My good deed of missing my meeting just in case a home maintenance project turned into a horror novel wound up with me sporting an ice pack on my knee and acting as the complaint desk for various muscle groups up and down the body. The ribs were annoyed at that twist in the story. The lower back objected to me having followed the clue that the project was wrapping up and needed documenting. The injured knee felt frail and needed hearty applications of the aforementioned tea and sympathy. The other knee whined that life isn’t fair and it wanted a happy ending.

Handy Harry was fine and proceeded to pound nails into the new plank (from the sounds, he and the weighted mallet were working out issues!). The deck looks much better. I, though, was left looking forward to an Epsom salts bath. The cats never showed any interest.

 

Harry Homeowner’s handiwork

On the Sisters in Crime email list for “the great unpublished” (Guppies), one of the discussions was how a member discovered Donna Leon’s Inspector Brunetti series that is set in Venice, Italy. I’m a Brunetti fan and I was pleased to see recommendations for books by authors who set their stories in Italy.

The pièce de résistance of the discussion (as far as I was concerned) was the revelation that an Inspector Brunetti television series is available, in German!  (pardon my squeal of excitement)  I now have a list for people-who-give-me-gifts, and am thinking up nine gift-giving days, such as Mother’s Day, my birthday, our anniversary, and Christmas.  I suppose we could add St. Patrick’s Day, the first day of spring, May Day, Hallowe’en and Flag Day.  That makes nine, right?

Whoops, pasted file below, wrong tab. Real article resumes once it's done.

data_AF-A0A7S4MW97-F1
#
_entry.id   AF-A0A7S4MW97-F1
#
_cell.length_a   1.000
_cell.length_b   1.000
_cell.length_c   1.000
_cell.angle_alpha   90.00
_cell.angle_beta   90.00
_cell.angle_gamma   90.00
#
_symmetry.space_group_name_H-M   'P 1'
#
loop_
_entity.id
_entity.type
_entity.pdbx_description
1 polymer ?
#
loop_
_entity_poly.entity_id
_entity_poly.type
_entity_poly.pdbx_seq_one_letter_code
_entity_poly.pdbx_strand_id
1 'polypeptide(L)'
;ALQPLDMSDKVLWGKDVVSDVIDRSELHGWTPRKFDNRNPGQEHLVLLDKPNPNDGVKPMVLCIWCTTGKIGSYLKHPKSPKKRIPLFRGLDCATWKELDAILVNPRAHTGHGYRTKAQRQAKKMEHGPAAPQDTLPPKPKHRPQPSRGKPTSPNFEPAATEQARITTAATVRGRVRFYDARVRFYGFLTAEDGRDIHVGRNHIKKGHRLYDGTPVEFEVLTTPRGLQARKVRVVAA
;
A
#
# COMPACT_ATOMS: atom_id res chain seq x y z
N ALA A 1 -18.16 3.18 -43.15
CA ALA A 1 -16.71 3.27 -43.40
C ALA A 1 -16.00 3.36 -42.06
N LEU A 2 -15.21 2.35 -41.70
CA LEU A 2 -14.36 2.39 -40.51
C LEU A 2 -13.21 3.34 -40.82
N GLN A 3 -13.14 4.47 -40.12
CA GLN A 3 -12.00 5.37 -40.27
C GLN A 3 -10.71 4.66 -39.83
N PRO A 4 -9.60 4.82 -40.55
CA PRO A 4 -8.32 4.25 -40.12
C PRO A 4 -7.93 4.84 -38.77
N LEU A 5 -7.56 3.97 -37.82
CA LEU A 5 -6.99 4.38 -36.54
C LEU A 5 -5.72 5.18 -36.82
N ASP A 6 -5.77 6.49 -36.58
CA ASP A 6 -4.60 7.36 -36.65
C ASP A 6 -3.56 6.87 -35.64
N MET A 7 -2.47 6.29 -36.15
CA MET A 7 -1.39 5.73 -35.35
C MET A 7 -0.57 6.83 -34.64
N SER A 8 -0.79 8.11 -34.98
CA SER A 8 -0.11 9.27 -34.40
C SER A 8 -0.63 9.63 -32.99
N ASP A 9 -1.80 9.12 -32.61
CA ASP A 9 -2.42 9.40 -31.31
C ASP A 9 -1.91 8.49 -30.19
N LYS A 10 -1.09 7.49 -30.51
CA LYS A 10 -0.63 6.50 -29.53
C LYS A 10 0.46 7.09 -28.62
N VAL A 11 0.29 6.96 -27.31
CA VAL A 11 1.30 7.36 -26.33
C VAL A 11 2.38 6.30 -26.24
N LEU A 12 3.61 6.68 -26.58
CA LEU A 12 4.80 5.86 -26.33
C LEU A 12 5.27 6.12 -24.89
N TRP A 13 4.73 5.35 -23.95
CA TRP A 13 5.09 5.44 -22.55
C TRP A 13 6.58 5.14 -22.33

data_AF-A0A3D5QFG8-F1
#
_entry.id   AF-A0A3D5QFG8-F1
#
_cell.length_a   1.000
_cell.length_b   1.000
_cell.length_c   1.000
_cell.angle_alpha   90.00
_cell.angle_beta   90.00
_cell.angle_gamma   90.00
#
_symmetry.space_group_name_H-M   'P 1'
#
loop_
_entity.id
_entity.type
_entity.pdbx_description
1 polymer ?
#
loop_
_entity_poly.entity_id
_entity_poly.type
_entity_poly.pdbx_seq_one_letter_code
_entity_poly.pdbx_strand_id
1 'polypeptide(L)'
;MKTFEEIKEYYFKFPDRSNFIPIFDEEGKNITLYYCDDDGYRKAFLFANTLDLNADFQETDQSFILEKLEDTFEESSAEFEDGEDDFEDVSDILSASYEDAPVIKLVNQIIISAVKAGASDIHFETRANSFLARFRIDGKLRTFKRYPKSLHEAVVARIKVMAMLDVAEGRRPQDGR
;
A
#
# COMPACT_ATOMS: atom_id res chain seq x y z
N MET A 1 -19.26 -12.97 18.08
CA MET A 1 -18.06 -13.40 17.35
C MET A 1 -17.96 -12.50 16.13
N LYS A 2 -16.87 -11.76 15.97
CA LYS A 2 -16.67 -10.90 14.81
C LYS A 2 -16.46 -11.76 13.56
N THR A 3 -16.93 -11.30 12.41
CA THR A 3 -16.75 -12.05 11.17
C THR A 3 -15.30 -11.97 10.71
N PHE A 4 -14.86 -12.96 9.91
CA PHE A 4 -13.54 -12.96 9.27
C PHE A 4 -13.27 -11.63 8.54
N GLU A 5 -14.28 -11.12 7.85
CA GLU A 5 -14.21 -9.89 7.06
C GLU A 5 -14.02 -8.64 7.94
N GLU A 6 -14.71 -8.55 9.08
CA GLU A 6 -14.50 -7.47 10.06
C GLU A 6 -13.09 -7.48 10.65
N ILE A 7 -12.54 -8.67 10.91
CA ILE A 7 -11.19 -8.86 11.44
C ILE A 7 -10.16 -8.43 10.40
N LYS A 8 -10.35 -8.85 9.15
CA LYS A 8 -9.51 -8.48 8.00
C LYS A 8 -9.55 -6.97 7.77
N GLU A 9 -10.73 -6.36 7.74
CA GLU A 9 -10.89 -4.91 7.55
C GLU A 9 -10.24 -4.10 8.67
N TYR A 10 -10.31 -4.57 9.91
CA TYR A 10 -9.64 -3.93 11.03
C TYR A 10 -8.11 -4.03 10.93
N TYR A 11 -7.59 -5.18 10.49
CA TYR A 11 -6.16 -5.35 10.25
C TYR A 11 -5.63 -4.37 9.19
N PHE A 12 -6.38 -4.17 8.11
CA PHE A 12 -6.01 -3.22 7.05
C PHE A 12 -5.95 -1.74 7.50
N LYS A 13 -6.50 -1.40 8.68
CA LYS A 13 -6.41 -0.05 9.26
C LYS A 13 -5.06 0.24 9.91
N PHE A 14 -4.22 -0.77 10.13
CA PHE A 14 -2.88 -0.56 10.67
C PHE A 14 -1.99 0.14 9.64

Again, thanks to the Guppy list and the generous members.

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Update

The first two-program Brunetti video set arrived yesterday and I watched the first program, “Vendetta.”  I (along with my three-week old granddaughter) enjoyed the show.  The scenes of Venice were delightful; the characters, although not identical to what I imagined while reading the books, are well-cast; hearing German took me back to Europe; the story was well-produced.  The subtitled were useful for scenes in which the German words weren’t clear, or for dialogue in which I just didn’t know the words. My baby was lulled throughout.

All in all, a success.  I look forward to (eventually) seeing the entire series.

While wandering around my email lists, I came across a discussion that sparked my imagination.  The question was, “One of your favorite characters from a mystery is fixing dinner for you.  Who is the character and what are they making?”

I read the question as “One of your characters …” and I immediately jumped to the one character of mine that I was sure would be able to cook — Lisette, a young German woman who lives with her widowed father and who has a sensible head on her shoulders.

Lisette Lenz  is a clerk in the Army civilian personnel office on (the fictional) Ganzer Barracks near the (equally fictional) town of Zwischenkuppeln, Germany. Lisette is putting together a lovely picnic supper to have after a hike in the hilly Rhön area of northern Bavaria and southern Hesse.

Lisette bought Aufschnitt (various kinds of lunchmeat), Mischbrot (brown German bread), Tilsiter, Emmenthaler and Muenster cheeses, and cultured cream butter for the sandwiches, as well as grapes and some little Cox Orange Pippen apples. Dessert is Bienenstich, a sturdy vanilla pudding-filled cake topped with almonds and honey. For drinking, she has some Gerolsteiner Sprudelwasser (fizzy mineral water) and a bottle of Riesling wine.

When I double-checked the question, I saw that it really asked for “one of your favorite characters from a mystery …”  Insert a deep sigh, here.  After imagining the supper I would have after the hike, nothing else sounded appetizing.  To make things worse, now I want a slice of Bienenstich (and that’s pronounced BEE-nen-stish).

As misery loves company, I will give you a glimpse of the cake, and provide a link to a recipe you can try.

11 bienenstich

(image courtesy of Wikipedia)

Mahlzeit!  (the German version of bon appetit!)